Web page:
Friday, August 23, 2013

Curds & Curly Tails

The pigs had a breakfast of windfall apples from last nights thunderstorm, cracked corn, and whey left over from cheese making. Right now the curd from a farmer chevre is setting on my countertop in a mold and by this afternoon it will be perfect. Simple soft cheeses like this that only take a day to drip, set, and spread over a bagel or crumble over a salad are a staple in places with regular access to an udder. I had some guests here yesterday and when they saw how fast the process was, and how quickly I left the steel pot on the stove alone to turn to curds, they seemed surprised. I literally came inside the house with a pail of milk, strained it, heated it up in a pot, added some lemon juice and some chevre culture and we went back outside to plant kale seeds and tack up Merlin. I call any super fast cheese like this a Farmer Cheese, mostly because farmers doing 200 things at once don't usually have the time make a daily cheese much more complicated. For me this cheve will be offered at Game Night at a Friend's house I was invited to. Served with some crackers or bagels. I'm still not over the humble brag that comes when someone who "can't stand goat cheese" tastes a real, raw milk, soft cheese for the first time and falls in love with it. There is nothing "goaty" about it, at least not in the way people knee-jerk react to that word. It's a bright taste, like new guitar strings sound. There's some tang, sure, but no more challenging than cream cheese.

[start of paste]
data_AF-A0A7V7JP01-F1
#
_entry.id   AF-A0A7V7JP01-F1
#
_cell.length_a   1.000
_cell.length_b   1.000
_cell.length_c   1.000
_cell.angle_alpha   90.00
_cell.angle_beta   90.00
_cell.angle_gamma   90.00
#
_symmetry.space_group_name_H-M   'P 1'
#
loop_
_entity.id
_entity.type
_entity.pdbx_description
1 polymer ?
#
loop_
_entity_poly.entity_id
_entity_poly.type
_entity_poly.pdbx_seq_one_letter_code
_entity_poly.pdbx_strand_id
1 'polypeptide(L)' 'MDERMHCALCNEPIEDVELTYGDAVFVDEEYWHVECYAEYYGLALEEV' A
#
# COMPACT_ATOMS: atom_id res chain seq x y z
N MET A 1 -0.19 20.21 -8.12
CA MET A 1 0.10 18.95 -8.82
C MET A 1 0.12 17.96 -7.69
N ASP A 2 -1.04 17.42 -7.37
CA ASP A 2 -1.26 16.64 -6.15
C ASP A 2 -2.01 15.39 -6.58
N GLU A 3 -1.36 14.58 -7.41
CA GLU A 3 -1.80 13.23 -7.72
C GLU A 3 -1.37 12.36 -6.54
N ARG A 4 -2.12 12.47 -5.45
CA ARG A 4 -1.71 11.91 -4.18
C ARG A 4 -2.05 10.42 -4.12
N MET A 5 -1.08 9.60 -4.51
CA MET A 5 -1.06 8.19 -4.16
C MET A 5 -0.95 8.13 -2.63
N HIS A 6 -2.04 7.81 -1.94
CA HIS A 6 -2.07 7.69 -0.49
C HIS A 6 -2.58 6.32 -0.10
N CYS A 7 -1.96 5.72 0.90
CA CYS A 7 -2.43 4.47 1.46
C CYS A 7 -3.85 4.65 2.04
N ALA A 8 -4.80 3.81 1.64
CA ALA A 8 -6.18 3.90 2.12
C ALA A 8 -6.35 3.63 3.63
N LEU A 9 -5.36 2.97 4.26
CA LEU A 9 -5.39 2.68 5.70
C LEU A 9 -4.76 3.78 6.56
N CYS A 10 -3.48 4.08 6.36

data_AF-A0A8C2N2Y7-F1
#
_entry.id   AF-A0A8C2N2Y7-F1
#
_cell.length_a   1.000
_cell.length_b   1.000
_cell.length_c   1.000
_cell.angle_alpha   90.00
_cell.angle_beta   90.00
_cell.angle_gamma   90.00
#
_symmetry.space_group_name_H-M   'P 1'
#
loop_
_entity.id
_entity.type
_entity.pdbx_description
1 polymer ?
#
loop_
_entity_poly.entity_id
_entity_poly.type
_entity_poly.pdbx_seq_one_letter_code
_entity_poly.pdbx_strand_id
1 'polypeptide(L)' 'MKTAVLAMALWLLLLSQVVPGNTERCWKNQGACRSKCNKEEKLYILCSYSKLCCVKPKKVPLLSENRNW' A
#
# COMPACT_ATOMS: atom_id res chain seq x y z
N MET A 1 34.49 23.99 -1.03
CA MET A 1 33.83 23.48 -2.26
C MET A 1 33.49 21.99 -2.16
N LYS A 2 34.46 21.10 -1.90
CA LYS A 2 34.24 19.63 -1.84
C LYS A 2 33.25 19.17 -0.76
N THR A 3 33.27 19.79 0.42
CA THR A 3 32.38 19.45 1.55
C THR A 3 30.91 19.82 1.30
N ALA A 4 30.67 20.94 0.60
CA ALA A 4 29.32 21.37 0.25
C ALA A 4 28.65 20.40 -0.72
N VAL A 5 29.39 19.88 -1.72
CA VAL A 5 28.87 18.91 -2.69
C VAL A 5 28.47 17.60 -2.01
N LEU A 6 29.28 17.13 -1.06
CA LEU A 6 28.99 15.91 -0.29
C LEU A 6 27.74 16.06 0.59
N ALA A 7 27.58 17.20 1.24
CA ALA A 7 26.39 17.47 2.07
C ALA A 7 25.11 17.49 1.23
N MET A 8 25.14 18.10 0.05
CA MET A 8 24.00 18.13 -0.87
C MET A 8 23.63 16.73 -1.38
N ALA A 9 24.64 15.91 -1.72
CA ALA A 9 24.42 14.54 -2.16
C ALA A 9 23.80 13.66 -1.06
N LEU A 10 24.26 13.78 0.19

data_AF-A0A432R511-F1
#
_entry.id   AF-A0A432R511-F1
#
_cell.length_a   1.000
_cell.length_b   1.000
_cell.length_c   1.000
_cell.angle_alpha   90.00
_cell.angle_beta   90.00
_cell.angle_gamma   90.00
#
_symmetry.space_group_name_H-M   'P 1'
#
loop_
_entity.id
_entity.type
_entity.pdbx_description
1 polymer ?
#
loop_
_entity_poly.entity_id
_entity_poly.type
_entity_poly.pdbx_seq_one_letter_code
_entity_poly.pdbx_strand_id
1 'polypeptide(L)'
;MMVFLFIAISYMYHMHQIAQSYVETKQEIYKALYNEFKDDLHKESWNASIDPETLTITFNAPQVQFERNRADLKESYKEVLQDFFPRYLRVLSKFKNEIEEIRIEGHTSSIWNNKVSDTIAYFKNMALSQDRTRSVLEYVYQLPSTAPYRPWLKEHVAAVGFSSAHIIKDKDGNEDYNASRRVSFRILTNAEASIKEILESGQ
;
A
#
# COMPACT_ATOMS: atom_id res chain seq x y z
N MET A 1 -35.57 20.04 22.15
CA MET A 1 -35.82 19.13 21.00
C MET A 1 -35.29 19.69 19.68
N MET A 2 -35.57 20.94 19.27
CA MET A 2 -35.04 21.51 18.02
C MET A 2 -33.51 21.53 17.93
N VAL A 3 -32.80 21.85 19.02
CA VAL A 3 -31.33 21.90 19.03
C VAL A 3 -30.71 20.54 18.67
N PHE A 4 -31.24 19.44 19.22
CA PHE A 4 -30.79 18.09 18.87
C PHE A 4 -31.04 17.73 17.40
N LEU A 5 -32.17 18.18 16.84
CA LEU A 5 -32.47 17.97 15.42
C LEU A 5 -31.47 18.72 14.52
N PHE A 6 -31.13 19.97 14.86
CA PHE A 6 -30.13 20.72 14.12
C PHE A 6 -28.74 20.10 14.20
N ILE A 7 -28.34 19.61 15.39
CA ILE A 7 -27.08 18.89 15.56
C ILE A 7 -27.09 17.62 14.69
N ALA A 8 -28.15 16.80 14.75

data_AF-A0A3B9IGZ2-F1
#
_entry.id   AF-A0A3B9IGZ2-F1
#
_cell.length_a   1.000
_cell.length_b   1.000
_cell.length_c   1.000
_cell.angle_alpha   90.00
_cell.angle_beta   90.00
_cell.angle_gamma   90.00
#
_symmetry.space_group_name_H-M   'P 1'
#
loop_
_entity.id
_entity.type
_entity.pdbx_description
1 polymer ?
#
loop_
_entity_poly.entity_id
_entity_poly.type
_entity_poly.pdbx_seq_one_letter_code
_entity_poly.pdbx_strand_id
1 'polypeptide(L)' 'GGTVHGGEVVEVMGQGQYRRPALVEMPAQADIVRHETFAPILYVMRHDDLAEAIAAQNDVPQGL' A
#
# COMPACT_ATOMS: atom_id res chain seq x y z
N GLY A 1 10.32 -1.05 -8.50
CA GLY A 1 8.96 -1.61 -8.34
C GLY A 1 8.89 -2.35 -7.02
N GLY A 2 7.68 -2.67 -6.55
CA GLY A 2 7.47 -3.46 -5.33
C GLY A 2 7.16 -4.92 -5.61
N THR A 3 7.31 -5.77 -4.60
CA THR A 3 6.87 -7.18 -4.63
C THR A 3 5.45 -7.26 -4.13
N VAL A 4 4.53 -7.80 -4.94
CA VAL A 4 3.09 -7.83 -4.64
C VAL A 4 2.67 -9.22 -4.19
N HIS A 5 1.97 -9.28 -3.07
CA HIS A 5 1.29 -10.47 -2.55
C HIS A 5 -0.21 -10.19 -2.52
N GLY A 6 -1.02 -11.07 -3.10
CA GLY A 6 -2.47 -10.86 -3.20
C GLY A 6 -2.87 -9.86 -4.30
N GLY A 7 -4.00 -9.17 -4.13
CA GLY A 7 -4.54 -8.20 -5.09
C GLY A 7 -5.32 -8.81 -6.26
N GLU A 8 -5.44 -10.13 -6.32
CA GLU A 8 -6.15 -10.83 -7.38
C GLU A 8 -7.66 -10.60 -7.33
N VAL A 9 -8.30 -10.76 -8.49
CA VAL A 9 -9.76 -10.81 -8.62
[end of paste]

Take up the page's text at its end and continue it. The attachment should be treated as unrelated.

Anyway, back to those pigs. I love watching them scarf and smile. I love watching them scratch their butts on the metal feeder or their pigoda wall. I love seeing them crunch into the protein-soaked corn as they fish for apples and I love seeing them decide it was all too-much and pile into a heap for a nap. In a few weeks (right after Fiddle Camp) they will move from their pen to their woodland adventure! Right now they have a piglet space that will soon offer an open gate into the forest. I need to build them an extended electric fence or use some netting but however I rig it I am excited for them to see what its like to scratch their butt on a locust trunk!